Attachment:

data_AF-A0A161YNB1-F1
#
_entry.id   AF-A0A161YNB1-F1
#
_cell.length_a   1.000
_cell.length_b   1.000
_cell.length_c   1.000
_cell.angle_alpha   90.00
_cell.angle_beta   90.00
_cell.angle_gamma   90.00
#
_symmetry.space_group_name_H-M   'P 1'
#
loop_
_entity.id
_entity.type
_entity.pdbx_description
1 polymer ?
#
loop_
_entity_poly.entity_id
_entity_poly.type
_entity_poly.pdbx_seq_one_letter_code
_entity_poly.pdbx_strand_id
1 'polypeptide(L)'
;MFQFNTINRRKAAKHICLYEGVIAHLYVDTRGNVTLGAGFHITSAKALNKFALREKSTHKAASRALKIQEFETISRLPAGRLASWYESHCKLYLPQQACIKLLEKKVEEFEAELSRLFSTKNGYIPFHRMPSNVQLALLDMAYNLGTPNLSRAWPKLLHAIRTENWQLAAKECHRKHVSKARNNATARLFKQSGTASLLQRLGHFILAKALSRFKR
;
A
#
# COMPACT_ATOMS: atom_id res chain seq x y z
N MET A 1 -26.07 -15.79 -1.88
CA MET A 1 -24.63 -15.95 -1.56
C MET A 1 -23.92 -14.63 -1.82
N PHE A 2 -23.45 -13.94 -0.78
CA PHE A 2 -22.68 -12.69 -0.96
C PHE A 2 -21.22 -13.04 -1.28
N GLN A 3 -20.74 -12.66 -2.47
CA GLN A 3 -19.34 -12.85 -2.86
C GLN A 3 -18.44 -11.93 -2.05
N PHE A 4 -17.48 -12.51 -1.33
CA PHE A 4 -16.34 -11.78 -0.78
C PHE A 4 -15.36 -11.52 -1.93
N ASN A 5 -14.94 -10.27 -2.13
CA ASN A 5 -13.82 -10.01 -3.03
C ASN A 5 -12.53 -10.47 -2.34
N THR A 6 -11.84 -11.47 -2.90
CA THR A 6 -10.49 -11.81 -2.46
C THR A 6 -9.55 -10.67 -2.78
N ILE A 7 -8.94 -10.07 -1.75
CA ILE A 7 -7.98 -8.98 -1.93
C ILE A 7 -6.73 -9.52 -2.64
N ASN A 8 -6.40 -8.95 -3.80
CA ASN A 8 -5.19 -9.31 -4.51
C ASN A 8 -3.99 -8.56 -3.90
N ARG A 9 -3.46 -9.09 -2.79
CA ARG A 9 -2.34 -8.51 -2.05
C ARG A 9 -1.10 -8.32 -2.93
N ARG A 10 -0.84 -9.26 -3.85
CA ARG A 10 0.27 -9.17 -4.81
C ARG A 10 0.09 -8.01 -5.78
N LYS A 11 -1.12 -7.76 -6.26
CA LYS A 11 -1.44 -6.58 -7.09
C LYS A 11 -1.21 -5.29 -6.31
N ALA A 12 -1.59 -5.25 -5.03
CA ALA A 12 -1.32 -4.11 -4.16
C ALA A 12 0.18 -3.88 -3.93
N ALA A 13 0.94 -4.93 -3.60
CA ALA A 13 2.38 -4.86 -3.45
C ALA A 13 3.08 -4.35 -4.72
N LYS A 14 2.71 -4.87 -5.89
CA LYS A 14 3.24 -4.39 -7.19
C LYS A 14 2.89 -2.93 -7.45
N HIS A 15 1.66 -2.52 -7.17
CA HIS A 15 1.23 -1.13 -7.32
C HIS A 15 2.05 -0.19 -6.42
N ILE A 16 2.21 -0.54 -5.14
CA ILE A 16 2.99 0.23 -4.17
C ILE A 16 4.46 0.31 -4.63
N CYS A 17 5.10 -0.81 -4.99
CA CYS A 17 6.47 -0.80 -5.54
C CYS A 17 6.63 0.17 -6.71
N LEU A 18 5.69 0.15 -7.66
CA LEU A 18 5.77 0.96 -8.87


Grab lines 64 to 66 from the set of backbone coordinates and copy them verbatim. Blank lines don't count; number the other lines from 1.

N ALA A 12 -1.59 -5.25 -5.03
CA ALA A 12 -1.32 -4.11 -4.16
C ALA A 12 0.18 -3.88 -3.93